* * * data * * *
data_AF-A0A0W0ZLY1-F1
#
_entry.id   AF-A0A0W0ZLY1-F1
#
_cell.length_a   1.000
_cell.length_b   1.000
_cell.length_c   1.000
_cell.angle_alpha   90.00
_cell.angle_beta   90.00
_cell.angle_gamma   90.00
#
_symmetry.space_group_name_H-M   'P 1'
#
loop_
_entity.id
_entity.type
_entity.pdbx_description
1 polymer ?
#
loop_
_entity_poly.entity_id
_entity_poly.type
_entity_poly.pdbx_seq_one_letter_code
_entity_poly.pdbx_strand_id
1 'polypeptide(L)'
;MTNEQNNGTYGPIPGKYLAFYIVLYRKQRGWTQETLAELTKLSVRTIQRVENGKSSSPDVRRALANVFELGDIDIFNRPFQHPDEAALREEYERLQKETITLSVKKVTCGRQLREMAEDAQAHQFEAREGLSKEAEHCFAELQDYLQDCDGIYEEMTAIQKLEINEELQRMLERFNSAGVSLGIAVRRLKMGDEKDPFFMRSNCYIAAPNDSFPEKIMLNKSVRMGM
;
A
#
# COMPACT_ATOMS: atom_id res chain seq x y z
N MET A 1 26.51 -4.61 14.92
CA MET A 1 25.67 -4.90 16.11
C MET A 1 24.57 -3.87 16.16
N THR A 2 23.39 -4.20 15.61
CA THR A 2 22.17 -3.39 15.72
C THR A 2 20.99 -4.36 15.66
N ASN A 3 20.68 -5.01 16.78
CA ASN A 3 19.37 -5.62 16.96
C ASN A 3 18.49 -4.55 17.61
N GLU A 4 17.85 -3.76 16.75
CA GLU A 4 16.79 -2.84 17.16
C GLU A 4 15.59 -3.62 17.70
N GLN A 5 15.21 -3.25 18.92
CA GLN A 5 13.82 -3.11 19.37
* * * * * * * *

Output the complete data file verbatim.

data_AF-A0A0W0ZLY1-F1
#
_entry.id   AF-A0A0W0ZLY1-F1
#
_cell.length_a   1.000
_cell.length_b   1.000
_cell.length_c   1.000
_cell.angle_alpha   90.00
_cell.angle_beta   90.00
_cell.angle_gamma   90.00
#
_symmetry.space_group_name_H-M   'P 1'
#
loop_
_entity.id
_entity.type
_entity.pdbx_description
1 polymer ?
#
loop_
_entity_poly.entity_id
_entity_poly.type
_entity_poly.pdbx_seq_one_letter_code
_entity_poly.pdbx_strand_id
1 'polypeptide(L)'
;MTNEQNNGTYGPIPGKYLAFYIVLYRKQRGWTQETLAELTKLSVRTIQRVENGKSSSPDVRRALANVFELGDIDIFNRPFQHPDEAALREEYERLQKETITLSVKKVTCGRQLREMAEDAQAHQFEAREGLSKEAEHCFAELQDYLQDCDGIYEEMTAIQKLEINEELQRMLERFNSAGVSLGIAVRRLKMGDEKDPFFMRSNCYIAAPNDSFPEKIMLNKSVRMGM
;
A
#
# COMPACT_ATOMS: atom_id res chain seq x y z
N MET A 1 26.51 -4.61 14.92
CA MET A 1 25.67 -4.90 16.11
C MET A 1 24.57 -3.87 16.16
N THR A 2 23.39 -4.20 15.61
CA THR A 2 22.17 -3.39 15.72
C THR A 2 20.99 -4.36 15.66
N ASN A 3 20.68 -5.01 16.78
CA ASN A 3 19.37 -5.62 16.96
C ASN A 3 18.49 -4.55 17.61
N GLU A 4 17.85 -3.76 16.75
CA GLU A 4 16.79 -2.84 17.16
C GLU A 4 15.59 -3.62 17.70
N GLN A 5 15.21 -3.25 18.92
CA GLN A 5 13.82 -3.11 19.37